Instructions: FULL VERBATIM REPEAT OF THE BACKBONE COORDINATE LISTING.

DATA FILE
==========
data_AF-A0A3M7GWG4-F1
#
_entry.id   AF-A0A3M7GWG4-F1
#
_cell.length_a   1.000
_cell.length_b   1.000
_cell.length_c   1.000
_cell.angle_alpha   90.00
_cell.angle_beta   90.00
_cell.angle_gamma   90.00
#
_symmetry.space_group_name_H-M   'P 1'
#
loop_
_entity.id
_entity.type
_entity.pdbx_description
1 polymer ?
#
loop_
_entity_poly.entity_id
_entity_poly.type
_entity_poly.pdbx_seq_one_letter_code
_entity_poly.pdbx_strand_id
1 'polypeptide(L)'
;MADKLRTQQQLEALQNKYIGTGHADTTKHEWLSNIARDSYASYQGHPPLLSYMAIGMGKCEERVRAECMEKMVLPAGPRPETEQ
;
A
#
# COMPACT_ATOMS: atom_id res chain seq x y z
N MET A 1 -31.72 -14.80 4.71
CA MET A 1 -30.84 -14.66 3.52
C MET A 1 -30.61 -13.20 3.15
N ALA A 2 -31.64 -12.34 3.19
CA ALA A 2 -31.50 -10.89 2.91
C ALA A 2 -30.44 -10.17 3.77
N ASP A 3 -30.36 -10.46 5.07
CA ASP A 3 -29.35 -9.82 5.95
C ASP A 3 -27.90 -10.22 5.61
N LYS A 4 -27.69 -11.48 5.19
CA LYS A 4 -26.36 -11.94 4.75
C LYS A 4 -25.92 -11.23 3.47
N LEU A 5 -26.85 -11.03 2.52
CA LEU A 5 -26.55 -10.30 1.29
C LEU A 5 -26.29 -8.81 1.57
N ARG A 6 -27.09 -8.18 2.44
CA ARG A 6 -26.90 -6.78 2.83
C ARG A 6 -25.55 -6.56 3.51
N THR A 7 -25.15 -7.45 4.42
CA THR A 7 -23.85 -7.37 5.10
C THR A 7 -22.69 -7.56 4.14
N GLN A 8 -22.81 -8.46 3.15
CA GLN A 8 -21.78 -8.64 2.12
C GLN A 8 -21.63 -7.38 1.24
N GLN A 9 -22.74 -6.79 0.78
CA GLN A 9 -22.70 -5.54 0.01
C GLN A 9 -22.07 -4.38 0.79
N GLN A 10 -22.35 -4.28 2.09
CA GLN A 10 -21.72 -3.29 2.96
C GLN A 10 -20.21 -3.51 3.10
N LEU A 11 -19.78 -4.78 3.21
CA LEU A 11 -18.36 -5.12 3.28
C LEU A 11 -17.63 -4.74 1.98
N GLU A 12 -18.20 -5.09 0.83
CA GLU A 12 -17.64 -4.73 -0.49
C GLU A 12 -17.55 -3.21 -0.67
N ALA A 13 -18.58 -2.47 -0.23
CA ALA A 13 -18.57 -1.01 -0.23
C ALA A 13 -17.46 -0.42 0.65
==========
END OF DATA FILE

data_AF-A0A3M7GWG4-F1
#
_entry.id   AF-A0A3M7GWG4-F1
#
_cell.length_a   1.000
_cell.length_b   1.000
_cell.length_c   1.000
_cell.angle_alpha   90.00
_cell.angle_beta   90.00
_cell.angle_gamma   90.00
#
_symmetry.space_group_name_H-M   'P 1'
#
loop_
_entity.id
_entity.type
_entity.pdbx_description
1 polymer ?
#
loop_
_entity_poly.entity_id
_entity_poly.type
_entity_poly.pdbx_seq_one_letter_code
_entity_poly.pdbx_strand_id
1 'polypeptide(L)'
;MADKLRTQQQLEALQNKYIGTGHADTTKHEWLSNIARDSYASYQGHPPLLSYMAIGMGKCEERVRAECMEKMVLPAGPRPETEQ
;
A
#
# COMPACT_ATOMS: atom_id res chain seq x y z
N MET A 1 -31.72 -14.80 4.71
CA MET A 1 -30.84 -14.66 3.52
C MET A 1 -30.61 -13.20 3.15
N ALA A 2 -31.64 -12.34 3.19
CA ALA A 2 -31.50 -10.89 2.91
C ALA A 2 -30.44 -10.17 3.77
N ASP A 3 -30.36 -10.46 5.07
CA ASP A 3 -29.35 -9.82 5.95
C ASP A 3 -27.90 -10.22 5.61
N LYS A 4 -27.69 -11.48 5.19
CA LYS A 4 -26.36 -11.94 4.75
C LYS A 4 -25.92 -11.23 3.47
N LEU A 5 -26.85 -11.03 2.52
CA LEU A 5 -26.55 -10.30 1.29
C LEU A 5 -26.29 -8.81 1.57
N ARG A 6 -27.09 -8.18 2.44
CA ARG A 6 -26.90 -6.78 2.83
C ARG A 6 -25.55 -6.56 3.51
N THR A 7 -25.15 -7.45 4.42
CA THR A 7 -23.85 -7.37 5.10
C THR A 7 -22.69 -7.56 4.14
N GLN A 8 -22.81 -8.46 3.15
CA GLN A 8 -21.78 -8.64 2.12
C GLN A 8 -21.63 -7.38 1.24
N GLN A 9 -22.74 -6.79 0.78
CA GLN A 9 -22.70 -5.54 0.01
C GLN A 9 -22.07 -4.38 0.79
N GLN A 10 -22.35 -4.28 2.09
CA GLN A 10 -21.72 -3.29 2.96
C GLN A 10 -20.21 -3.51 3.10
N LEU A 11 -19.78 -4.78 3.21
CA LEU A 11 -18.36 -5.12 3.28
C LEU A 11 -17.63 -4.74 1.98
N GLU A 12 -18.20 -5.09 0.83
CA GLU A 12 -17.64 -4.73 -0.49
C GLU A 12 -17.55 -3.21 -0.67
N ALA A 13 -18.58 -2.47 -0.23
CA ALA A 13 -18.57 -1.01 -0.23
C ALA A 13 -17.46 -0.42 0.65